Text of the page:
The Pope says he's willing to create commission to study whether women can serve as deacons in the Catholic Church.
BUENOS AIRES, Argentina - Latin Americans reacted with joy, bursting into tears and cheers on Wednesday at news that an Argentine cardinal has become the first pope from the hemisphere.
"It's incredible!" said Martha Ruiz, 60, who was weeping tears of emotion after learning that the cardinal she knew as Jorge Mario Bergoglio will now be Pope Francis I.
She said she had been in many meetings with the cardinal and said, "He is a man who transmits great serenity."
Cars honked their horns as the news spread and television announcers screamed with elation and surprise.
There was excitement as well elsewhere.
At the St. Francis of Assisi church in the colonial Old San Juan district in Puerto Rico, church secretary Antonia Veloz exchanged jubilant high-fives with Jose Antonio Cruz, a Franciscan friar.
Cruz said he personally favored the Brazilian candidate, but was pleased with the outcome, saying the new pope would help revitalize the church.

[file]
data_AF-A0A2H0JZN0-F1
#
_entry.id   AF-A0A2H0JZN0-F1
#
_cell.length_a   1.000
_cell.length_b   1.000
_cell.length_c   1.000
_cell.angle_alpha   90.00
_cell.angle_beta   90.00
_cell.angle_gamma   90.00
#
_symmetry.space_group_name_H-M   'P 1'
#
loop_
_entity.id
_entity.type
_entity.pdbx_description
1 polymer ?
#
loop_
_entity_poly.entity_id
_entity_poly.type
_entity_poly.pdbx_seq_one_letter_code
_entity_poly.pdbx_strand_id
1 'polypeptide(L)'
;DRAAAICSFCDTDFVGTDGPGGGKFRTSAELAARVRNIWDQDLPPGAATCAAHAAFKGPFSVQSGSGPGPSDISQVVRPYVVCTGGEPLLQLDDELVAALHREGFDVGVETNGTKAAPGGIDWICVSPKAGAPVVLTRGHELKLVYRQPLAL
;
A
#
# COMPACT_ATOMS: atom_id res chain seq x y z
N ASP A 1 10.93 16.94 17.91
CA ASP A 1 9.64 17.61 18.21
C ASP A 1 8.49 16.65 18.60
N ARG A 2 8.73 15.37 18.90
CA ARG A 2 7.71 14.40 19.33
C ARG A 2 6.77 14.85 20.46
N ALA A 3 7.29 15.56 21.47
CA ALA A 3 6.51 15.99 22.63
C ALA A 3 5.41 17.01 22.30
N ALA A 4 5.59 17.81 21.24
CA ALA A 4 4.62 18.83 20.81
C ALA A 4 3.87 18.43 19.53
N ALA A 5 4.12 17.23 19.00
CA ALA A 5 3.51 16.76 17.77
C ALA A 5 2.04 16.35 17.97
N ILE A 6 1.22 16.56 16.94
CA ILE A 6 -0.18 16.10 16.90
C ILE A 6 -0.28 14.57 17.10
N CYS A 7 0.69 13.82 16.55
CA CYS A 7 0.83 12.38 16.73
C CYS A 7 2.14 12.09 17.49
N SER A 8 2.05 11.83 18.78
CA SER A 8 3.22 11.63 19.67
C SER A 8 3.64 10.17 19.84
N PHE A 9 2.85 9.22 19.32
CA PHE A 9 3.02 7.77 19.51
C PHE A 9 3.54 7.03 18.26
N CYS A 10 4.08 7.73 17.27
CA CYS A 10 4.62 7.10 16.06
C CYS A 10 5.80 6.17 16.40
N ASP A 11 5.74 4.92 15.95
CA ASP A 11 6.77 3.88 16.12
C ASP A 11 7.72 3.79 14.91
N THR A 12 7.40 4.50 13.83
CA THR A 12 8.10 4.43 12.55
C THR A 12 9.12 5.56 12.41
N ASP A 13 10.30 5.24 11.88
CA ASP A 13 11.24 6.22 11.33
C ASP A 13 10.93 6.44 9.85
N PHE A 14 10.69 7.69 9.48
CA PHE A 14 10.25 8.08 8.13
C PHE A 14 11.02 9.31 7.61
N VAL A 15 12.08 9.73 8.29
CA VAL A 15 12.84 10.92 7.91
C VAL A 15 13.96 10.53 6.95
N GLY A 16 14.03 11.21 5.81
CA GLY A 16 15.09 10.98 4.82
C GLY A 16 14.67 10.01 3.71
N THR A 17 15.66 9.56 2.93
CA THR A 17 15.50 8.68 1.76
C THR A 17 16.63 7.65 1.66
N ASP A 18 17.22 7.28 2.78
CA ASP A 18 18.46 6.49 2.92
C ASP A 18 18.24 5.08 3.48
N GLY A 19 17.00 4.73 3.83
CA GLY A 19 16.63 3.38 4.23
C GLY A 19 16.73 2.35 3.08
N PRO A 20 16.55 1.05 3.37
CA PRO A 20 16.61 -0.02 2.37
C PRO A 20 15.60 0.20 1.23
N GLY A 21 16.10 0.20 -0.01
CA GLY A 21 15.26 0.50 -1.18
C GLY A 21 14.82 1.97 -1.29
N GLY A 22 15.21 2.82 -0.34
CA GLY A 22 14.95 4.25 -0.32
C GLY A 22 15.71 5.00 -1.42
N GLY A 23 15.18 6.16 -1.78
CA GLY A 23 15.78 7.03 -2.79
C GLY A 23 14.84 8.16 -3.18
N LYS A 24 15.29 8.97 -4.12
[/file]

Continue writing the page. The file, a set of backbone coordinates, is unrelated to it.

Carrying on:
"It's a huge gift for all of Latin America. We waited 20 centuries. It was worth the wait," said Cruz, wearing the brown cassock tied with a rope that is the signature of the Franciscan order. "Everyone from Canada down to Patagonia is going to feel blessed. This is an event."
"This is something exciting," the 50-year-old Veloz said of the new Argentine pope. "I'm speechless." In Santo Domingo, the bells pealed in the city's main cathedral in the colonial district.
In Panama City, public relations executive Nelsa Aponte said with teary eyes, "This made me cry, I had to get out my handkerchief."
"We have a new pastor, and for the first time, he is from Latin America."
The pope says it wasn't evidence that he was getting mixed up in American politics.
Pope Francis denounced all religiously inspired violence during a visit to Rome's main synagogue Sunday.
The Vatican says it has arrested a monsignor and a woman in the latest probe of leaks of confidential documents at the Holy See.
The Nobel Peace Prize has gone to many deserving winners, but there have been some major snubs.